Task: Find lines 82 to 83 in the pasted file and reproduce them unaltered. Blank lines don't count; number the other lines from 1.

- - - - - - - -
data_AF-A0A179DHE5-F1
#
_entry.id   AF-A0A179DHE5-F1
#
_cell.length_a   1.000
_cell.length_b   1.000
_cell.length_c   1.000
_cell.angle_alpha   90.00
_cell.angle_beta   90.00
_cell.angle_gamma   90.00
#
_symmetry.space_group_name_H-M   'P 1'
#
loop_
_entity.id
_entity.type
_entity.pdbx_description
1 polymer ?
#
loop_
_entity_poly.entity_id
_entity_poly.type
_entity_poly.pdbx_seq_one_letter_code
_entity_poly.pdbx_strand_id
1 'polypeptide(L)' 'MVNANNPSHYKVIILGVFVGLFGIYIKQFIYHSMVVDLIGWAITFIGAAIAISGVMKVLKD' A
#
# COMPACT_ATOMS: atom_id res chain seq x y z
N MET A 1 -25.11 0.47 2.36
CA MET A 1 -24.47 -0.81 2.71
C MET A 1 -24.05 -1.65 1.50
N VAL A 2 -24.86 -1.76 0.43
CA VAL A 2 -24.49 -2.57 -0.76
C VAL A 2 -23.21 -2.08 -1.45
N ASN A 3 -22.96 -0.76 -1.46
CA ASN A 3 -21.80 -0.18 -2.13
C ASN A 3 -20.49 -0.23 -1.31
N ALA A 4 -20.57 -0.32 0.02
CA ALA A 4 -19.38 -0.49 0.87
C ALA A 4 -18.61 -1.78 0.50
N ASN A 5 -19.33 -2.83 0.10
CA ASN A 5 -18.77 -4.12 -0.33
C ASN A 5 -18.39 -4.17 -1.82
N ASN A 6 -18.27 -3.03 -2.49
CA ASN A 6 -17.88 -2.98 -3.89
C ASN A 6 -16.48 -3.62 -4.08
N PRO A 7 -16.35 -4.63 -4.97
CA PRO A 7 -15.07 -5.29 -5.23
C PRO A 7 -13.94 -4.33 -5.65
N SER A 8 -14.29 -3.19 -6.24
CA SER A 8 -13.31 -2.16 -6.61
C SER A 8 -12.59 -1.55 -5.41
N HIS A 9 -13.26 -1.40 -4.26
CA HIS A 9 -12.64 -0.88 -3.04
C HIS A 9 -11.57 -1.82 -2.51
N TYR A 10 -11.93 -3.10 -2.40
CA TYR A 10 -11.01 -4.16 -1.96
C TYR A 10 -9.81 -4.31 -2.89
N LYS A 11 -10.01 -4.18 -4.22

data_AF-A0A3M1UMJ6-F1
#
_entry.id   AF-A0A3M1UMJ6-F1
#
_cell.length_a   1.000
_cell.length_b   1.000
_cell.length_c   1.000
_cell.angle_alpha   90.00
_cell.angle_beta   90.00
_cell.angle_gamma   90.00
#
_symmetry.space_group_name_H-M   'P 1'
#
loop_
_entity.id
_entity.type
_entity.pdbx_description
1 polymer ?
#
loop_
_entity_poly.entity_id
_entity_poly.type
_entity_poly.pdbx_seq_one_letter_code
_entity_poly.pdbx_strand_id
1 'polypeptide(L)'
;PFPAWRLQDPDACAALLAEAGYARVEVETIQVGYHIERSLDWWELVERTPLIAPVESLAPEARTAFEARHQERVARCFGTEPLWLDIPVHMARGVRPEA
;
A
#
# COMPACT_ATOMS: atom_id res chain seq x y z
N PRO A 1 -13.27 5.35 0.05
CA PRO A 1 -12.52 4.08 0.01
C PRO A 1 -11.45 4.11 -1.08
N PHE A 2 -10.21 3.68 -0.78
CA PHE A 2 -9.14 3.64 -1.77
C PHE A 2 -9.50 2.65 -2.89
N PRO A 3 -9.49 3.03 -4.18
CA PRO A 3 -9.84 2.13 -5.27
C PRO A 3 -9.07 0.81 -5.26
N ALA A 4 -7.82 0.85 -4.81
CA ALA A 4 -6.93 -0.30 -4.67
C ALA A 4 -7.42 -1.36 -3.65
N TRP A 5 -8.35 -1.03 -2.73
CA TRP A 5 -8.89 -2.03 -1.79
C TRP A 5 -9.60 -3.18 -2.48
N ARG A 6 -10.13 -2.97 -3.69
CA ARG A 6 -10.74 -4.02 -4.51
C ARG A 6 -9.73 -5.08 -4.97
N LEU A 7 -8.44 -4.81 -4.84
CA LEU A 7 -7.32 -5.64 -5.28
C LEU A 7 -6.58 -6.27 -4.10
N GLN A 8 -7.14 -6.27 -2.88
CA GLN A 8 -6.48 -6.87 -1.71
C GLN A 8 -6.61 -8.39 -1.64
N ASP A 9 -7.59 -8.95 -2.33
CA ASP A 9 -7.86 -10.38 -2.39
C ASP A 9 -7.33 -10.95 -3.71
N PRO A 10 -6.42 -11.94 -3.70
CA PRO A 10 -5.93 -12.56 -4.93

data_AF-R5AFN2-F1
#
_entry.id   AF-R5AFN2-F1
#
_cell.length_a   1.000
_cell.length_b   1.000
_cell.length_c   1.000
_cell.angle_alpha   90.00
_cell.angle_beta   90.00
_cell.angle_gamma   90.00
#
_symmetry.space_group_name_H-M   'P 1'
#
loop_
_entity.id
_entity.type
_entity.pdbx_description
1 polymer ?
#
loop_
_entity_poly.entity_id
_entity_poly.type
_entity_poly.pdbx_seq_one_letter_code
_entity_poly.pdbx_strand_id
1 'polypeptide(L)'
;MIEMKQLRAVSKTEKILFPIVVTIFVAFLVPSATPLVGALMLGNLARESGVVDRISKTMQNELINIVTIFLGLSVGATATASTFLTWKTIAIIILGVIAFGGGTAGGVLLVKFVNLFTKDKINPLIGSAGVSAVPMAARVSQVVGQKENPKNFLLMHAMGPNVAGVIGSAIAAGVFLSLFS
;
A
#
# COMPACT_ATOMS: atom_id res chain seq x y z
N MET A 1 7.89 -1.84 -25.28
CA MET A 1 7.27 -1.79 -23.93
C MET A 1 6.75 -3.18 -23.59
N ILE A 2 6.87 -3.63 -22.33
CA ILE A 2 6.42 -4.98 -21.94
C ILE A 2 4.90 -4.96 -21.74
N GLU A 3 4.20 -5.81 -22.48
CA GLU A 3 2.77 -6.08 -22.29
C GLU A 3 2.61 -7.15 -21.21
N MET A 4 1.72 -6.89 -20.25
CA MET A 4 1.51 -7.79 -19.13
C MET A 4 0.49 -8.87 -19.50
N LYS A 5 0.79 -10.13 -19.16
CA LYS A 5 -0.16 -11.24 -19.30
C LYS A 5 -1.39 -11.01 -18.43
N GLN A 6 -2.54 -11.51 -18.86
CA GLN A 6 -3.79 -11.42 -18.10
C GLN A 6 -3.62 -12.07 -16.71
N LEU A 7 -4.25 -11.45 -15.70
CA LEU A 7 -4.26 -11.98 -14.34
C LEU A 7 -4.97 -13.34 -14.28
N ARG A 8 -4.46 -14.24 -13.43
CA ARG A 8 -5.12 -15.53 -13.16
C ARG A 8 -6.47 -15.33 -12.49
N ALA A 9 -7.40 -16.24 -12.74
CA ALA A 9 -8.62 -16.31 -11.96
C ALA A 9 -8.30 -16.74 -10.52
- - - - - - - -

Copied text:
_entity_poly.pdbx_strand_id
1 'polypeptide(L)'